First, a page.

U.S. President Joe Biden on Thursday signed into law a bill effectively banning all imports from China's Xinjiang region amid concerns over the use of forced labor involving its Uyghur ethnic minority, immediately triggering a backlash from the Communist-led government.

The Uyghur Forced Labor Prevention Act, which passed both the House of Representatives and the Senate last week, is certain to further strain relations between the world's two largest economies, already at loggerheads over issues including human rights, trade and China's military assertiveness in the region.

The law underscores the United States' commitment to "combatting forced labor, including in the context of the ongoing genocide in Xinjiang," Secretary of State Antony Blinken said, referring to China's alleged human rights abuses taking place in its far-western region.

"We call on the government of the People's Republic of China to immediately end genocide and crimes against humanity against the predominantly Muslim Uyghurs and members of other ethnic and religious minority groups in Xinjiang," he added in his statement, using the official name of China.

U.S. President Joe Biden (L, Getty/Kyodo) and Chinese President Xi Jinping (Kyodo). 

On Friday, China swiftly lambasted the United States, saying the government under President Xi Jinping deplores and firmly rejects Biden's signing of the bill as it denigrates the human rights situation in Xinjiang.

"We admonish the U.S. to correct the mistake immediately, and stop using Xinjiang-related issues to spread lies, interfere in China's internal affairs and contain China's development," the Foreign Ministry said in a statement.

The law requires U.S. customs authorities to presume goods manufactured in the Xinjiang region have been made with forced labor, and thus ban them from import unless there is "clear and convincing" evidence to the contrary.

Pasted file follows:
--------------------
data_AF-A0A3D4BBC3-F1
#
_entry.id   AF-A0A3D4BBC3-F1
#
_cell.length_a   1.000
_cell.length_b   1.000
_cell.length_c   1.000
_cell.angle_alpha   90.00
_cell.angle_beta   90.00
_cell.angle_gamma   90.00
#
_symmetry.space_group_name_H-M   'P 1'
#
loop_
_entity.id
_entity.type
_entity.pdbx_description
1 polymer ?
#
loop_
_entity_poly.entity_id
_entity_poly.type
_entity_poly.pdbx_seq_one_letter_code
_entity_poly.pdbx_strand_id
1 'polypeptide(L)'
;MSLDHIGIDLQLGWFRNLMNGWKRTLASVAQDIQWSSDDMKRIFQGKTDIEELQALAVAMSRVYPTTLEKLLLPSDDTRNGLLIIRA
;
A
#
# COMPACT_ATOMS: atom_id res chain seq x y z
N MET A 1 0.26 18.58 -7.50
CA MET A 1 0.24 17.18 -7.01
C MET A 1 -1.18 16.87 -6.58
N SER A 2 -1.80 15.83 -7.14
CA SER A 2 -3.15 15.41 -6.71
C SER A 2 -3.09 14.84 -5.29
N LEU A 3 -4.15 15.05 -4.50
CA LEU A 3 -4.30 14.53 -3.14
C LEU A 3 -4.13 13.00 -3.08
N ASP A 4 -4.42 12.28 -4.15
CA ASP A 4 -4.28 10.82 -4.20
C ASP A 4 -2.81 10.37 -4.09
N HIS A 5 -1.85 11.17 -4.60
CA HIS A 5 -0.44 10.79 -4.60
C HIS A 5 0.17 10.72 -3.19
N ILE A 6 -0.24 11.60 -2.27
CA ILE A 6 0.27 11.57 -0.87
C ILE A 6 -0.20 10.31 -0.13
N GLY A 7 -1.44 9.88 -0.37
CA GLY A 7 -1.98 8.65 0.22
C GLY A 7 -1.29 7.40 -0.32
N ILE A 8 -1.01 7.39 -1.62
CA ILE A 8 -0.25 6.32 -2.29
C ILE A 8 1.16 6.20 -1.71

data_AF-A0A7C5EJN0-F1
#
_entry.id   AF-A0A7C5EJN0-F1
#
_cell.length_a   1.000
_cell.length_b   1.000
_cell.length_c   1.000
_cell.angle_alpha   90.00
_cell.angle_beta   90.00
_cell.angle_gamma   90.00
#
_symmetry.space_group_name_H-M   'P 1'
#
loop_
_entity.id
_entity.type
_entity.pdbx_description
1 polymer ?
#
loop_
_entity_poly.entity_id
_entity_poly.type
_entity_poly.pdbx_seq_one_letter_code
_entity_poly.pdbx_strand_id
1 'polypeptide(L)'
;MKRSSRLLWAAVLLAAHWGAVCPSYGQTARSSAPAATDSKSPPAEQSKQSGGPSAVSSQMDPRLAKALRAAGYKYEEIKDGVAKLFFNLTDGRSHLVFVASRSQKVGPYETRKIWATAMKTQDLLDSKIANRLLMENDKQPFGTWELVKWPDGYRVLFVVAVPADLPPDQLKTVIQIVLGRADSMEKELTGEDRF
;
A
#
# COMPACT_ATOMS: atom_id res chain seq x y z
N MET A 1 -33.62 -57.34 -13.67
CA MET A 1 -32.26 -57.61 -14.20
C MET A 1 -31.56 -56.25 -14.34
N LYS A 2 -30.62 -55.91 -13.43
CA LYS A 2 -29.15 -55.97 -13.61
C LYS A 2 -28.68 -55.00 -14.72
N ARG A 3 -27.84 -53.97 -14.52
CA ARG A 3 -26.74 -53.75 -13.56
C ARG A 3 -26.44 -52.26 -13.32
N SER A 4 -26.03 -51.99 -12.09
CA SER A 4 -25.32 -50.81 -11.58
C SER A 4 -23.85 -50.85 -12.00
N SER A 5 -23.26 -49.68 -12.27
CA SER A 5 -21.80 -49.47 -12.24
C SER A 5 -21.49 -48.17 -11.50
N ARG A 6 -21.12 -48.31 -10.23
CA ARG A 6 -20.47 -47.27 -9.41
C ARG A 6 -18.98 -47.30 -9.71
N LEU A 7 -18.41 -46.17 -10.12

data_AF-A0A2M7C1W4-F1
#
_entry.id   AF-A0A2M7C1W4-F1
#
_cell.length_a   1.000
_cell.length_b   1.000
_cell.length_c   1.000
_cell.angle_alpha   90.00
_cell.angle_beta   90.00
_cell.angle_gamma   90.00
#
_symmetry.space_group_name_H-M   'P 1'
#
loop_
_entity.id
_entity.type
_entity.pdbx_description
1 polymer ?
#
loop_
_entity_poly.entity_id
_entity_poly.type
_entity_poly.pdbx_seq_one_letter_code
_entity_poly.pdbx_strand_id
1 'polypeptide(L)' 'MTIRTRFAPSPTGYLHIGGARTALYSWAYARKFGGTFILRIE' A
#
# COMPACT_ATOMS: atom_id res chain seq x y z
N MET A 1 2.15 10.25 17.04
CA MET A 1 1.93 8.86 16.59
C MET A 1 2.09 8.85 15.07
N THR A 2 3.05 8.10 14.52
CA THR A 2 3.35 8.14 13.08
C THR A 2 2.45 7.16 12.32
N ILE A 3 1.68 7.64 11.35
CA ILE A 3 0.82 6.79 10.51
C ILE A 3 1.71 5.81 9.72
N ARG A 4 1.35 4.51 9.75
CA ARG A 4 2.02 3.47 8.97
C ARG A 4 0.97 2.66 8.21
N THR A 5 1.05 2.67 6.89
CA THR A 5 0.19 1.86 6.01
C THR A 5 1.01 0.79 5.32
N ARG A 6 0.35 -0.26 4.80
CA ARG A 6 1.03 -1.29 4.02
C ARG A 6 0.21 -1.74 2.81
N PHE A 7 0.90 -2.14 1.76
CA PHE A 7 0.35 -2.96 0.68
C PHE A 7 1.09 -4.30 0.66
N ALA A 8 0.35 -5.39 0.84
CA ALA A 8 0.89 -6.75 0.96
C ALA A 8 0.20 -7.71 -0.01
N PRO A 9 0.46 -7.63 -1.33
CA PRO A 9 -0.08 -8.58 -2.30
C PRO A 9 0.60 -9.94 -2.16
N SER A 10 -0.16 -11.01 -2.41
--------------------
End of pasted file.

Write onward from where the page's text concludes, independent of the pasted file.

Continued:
The provision will take effect 180 days after the enactment of the law.

Washington's action may also affect Japanese companies sourcing products from Xinjiang, a major cotton-producing region.

The move is the latest in a series of efforts by the U.S. government to ensure that the country's supply chains are free from the forced labor of Muslim Uyghurs.

Under the 1930 Tariff Act, which prohibits the importation of merchandise produced with forced labor, the Biden administration in July imposed an import ban on a key solar panel material by a Chinese company located in Xinjiang.

An import ban on cotton and tomato products from the region was also issued toward the end of the previous administration under Donald Trump.

The Uyghur Forced Labor Prevention Act will have broader coverage, as it applies to any "goods, wares, articles, and merchandise mined, produced, or manufactured wholly or in part in the Xinjiang Uyghur Autonomous Region."

More than one million Uyghurs and other Muslim minorities are believed to have been unjustly detained in internment camps within the region, according to the State Department's most recent report on human rights practices.

The department has also accused Chinese authorities of using threats of physical violence, forcible drug intake, physical and sexual abuse, and torture to force detainees to work in factories producing various items including garments, hair accessories, footwear, holiday decorations, consumer electronics, face masks and food products.

China has insisted that what the United States calls detention camps are vocational training centers established to combat terrorism and religious extremism preemptively, urging Washington not to interfere in its "internal affairs."

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